Brad Van Liew: 4,158; 0; 288; 12

Gutek: 4,244; 86; 268.9; 11.2

Derek Hatfield: 4,472.2; 314.4; 186.2; 7.8

Chris Stanmore-Major: 4,736.8; 578.7; 242.6; 10.1

Christophe Bullens: 6,026; 1,868.8; 75.3; 3.1

The VELUX 5 OCEANS, run by Clipper Ventures PLC, is the longest running solo round the world race, and has 28 years of rich heritage as the BOC Challenge and then the Around Alone. This edition features five ocean sprints over nine months. After leaving from La Rochelle on October 17th the fleet now head to Cape Town, the race will then take in Wellington in New Zealand, Salvador in Brazil and Charleston in the US before returning back across the Atlantic to France.

FIRST BLOOD SPILT IN VELUX 5 OCEANS

October 26th, 2010

Polish ocean racer suffers deep cuts to forehead as fleet heads south 

IT has been another day of drama for the VELUX 5 OCEANS skippers as they head further south towards the Equator. Following on from a manic day on the water yesterday which saw Brad Van Liew’s Le Pingouin knocked flat for the second time in days and Chris Stanmore-Major nearly lose his headsail twice, Polish ocean racer Zbigniew ‘Gutek’ Gutkowski became the first skipper to sustain a notable injury after slicing his head open on the blade of his wind generator.

Gutek suffered several cuts to his head as he tried to clear seaweed from the rudders of his Eco 60 yacht Operon Racing. “I don’t know how bad my wounds are, but I know that I was bleeding badly,” he said today. “At once I put on a head dressing to stop the bleeding. I couldn’t even estimate the size of my wound because my eyes were flooded with blood and couldn’t look at the mirror. I was really scared that I might not make it and lose consciousness because of the blood lost.”

The injury means Gutek has been forced to stay down below on Operon Racing to keep the cuts dry and free from infection. “I can’t go outside, because the waves come onboard very often and the boat is sailing with quite a big heel,” the 36-year-old added. “I don’t want to get my wound wet. The blades had enough sea salt on them. My wound is on my forehead, up under the hair. Not one cut, but a couple of them. It is just impossible to make a stitch – I will have a big scar for sure.”

Although the VELUX 5 OCEANS’ team of medical experts from Medical Offshore Support (MSOS) are on call 24/7, Gutek has been in regular contact his wife Eliza, a veterinary surgeon, for advice on dressing the wound. All of the skippers received medical training before setting sail from La Rochelle, and MSOS provide round-the-clock medical support to skippers while they are at sea.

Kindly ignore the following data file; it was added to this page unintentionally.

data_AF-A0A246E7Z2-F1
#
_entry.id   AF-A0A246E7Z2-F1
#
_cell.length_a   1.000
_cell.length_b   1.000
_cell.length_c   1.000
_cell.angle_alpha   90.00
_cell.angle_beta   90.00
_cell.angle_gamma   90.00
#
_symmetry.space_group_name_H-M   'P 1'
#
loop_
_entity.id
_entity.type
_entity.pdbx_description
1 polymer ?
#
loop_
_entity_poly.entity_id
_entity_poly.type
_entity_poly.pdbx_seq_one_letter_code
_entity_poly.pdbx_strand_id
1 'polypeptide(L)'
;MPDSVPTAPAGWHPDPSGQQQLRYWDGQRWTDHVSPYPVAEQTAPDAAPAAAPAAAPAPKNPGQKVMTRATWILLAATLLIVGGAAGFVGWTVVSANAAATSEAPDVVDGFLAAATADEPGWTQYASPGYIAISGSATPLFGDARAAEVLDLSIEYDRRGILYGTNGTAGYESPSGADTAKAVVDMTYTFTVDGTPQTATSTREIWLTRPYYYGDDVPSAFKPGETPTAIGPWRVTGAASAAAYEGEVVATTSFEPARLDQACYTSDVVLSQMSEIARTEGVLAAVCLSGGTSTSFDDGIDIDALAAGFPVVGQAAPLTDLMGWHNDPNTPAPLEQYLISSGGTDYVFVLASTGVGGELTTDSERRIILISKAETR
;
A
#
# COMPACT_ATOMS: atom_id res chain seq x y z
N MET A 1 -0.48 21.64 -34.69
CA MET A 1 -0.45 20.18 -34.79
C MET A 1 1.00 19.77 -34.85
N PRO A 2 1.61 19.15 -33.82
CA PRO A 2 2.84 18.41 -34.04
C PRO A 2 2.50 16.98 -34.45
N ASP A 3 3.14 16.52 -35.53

Meanwhile American Brad Van Liew extended his lead over second-placed Gutek and the chasing pack as he charged south, just to the west of the Cape Verde Islands off the coast of Senegal. More than 60 nautical miles now separate the two, with Canadian Derek Hatfield around 200 nautical miles behind Brad in third place.

“It’s all been about going fast these last few days and laying down some miles,” Brad said. “I feel great to have stretched out a little bit on Derek and gotten a little bit of an advantage over Gutek. The Tradewinds are a good place to do that – if you have the horsepower and you are willing to lose a little sleep you just keep the boat fully powered up which is what I have been doing. I’ve been pushing the boat hard the last few days, sometimes on the verge.”

The racers at the leading edge of the pack have enjoyed some quick days of sailing, often covering more than 300 nautical miles in a day in favourable conditions. However one of their biggest challenges lays in wait – the Doldrums. Notorious for its light but unpredictable weather, the Doldrums is one of the most challenging areas of the world to sail through.

“We’re going to get the rubber band effect with the fleet, meaning it’s going to contract and expand here and there in the next few days” said Brad. “I think what’s more likely is the rubber band will get tighter and looser depending on what happens in the Doldrums – that’s the next big thing.”

The skippers are just nine days into the first of five ocean sprints that make up the VELUX 5 OCEANS, but Brad is already finding his feet, alone at sea for the first time in eight years. Brad has taken part in this race twice before, winning class two of the event in 2002. “I’m having a lot of fun getting to know the boat and getting back in the groove,” he said. “It’s been a lot of years since I did a voyage this big, especially alone, and I’m enjoying being out here more than I ever have before. It’s so far been a fantastic sail on a great boat in a great event.”